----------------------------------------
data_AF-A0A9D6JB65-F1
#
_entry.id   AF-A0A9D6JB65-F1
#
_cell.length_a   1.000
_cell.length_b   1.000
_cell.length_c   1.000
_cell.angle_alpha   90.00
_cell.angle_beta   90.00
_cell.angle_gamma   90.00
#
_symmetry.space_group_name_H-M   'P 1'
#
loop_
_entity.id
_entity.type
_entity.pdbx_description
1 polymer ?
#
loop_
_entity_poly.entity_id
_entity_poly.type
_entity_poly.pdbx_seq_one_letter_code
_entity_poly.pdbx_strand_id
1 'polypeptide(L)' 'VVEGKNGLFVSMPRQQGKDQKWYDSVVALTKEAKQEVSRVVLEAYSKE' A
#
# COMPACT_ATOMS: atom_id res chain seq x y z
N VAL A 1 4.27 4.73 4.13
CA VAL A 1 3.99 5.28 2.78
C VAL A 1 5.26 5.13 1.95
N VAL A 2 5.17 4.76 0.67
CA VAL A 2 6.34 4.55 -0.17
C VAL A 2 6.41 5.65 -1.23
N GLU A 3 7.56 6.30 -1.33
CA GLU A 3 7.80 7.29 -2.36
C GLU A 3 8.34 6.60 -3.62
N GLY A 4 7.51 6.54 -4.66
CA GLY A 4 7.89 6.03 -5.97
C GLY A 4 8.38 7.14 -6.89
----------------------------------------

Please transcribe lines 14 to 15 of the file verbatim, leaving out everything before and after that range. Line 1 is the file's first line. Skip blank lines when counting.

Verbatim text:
loop_
_entity.id